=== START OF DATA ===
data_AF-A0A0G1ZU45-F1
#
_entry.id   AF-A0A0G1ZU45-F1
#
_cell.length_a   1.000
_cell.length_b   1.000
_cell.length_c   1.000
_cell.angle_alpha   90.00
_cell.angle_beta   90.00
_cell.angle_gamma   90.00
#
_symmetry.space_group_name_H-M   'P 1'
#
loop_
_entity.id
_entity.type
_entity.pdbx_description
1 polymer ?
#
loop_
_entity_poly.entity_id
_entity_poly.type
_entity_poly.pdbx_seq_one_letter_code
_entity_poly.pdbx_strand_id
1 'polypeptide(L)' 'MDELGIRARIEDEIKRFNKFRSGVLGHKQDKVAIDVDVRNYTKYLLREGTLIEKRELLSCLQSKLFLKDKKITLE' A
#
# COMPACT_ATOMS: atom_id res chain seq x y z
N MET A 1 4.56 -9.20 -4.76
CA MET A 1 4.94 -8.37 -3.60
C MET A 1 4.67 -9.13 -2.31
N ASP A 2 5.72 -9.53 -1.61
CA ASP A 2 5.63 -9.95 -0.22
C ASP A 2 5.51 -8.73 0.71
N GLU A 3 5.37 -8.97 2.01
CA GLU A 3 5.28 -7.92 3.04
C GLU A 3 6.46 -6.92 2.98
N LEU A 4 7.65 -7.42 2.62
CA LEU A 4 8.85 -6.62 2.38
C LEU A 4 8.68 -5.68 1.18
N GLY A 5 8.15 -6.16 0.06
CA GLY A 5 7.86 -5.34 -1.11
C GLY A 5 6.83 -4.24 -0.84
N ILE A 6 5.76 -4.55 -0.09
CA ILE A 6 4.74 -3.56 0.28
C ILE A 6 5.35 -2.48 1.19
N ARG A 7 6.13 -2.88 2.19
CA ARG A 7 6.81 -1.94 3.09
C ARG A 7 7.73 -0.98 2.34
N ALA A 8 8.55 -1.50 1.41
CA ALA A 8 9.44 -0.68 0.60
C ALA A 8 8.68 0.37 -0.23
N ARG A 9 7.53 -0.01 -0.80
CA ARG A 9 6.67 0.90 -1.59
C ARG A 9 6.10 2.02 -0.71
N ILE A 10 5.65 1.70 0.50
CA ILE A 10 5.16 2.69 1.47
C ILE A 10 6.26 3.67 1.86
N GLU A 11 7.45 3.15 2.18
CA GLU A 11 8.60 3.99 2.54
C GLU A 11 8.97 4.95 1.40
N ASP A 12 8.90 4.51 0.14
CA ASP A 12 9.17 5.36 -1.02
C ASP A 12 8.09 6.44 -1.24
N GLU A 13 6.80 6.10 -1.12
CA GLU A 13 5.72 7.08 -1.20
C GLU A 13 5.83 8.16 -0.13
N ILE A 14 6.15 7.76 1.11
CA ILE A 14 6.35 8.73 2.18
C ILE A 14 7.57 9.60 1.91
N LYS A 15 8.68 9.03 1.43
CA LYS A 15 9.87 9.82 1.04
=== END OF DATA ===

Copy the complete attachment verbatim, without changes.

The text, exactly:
data_AF-A0A0G1ZU45-F1
#
_entry.id   AF-A0A0G1ZU45-F1
#
_cell.length_a   1.000
_cell.length_b   1.000
_cell.length_c   1.000
_cell.angle_alpha   90.00
_cell.angle_beta   90.00
_cell.angle_gamma   90.00
#
_symmetry.space_group_name_H-M   'P 1'
#
loop_
_entity.id
_entity.type
_entity.pdbx_description
1 polymer ?
#
loop_
_entity_poly.entity_id
_entity_poly.type
_entity_poly.pdbx_seq_one_letter_code
_entity_poly.pdbx_strand_id
1 'polypeptide(L)' 'MDELGIRARIEDEIKRFNKFRSGVLGHKQDKVAIDVDVRNYTKYLLREGTLIEKRELLSCLQSKLFLKDKKITLE' A
#
# COMPACT_ATOMS: atom_id res chain seq x y z
N MET A 1 4.56 -9.20 -4.76
CA MET A 1 4.94 -8.37 -3.60
C MET A 1 4.67 -9.13 -2.31
N ASP A 2 5.72 -9.53 -1.61
CA ASP A 2 5.63 -9.95 -0.22
C ASP A 2 5.51 -8.73 0.71
N GLU A 3 5.37 -8.97 2.01
CA GLU A 3 5.28 -7.92 3.04
C GLU A 3 6.46 -6.92 2.98
N LEU A 4 7.65 -7.42 2.62
CA LEU A 4 8.85 -6.62 2.38
C LEU A 4 8.68 -5.68 1.18
N GLY A 5 8.15 -6.16 0.06
CA GLY A 5 7.86 -5.34 -1.11
C GLY A 5 6.83 -4.24 -0.84
N ILE A 6 5.76 -4.55 -0.09
CA ILE A 6 4.74 -3.56 0.28
C ILE A 6 5.35 -2.48 1.19
N ARG A 7 6.13 -2.88 2.19
CA ARG A 7 6.81 -1.94 3.09
C ARG A 7 7.73 -0.98 2.34
N ALA A 8 8.55 -1.50 1.41
CA ALA A 8 9.44 -0.68 0.60
C ALA A 8 8.68 0.37 -0.23
N ARG A 9 7.53 -0.01 -0.80
CA ARG A 9 6.67 0.90 -1.59
C ARG A 9 6.10 2.02 -0.71
N ILE A 10 5.65 1.70 0.50
CA ILE A 10 5.16 2.69 1.47
C ILE A 10 6.26 3.67 1.86
N GLU A 11 7.45 3.15 2.18
CA GLU A 11 8.60 3.99 2.54
C GLU A 11 8.97 4.95 1.40
N ASP A 12 8.90 4.51 0.14
CA ASP A 12 9.17 5.36 -1.02
C ASP A 12 8.09 6.44 -1.24
N GLU A 13 6.80 6.10 -1.12
CA GLU A 13 5.72 7.08 -1.20
C GLU A 13 5.83 8.16 -0.13
N ILE A 14 6.15 7.76 1.11
CA ILE A 14 6.35 8.73 2.18
C ILE A 14 7.57 9.60 1.91
N LYS A 15 8.68 9.03 1.43
CA LYS A 15 9.87 9.82 1.04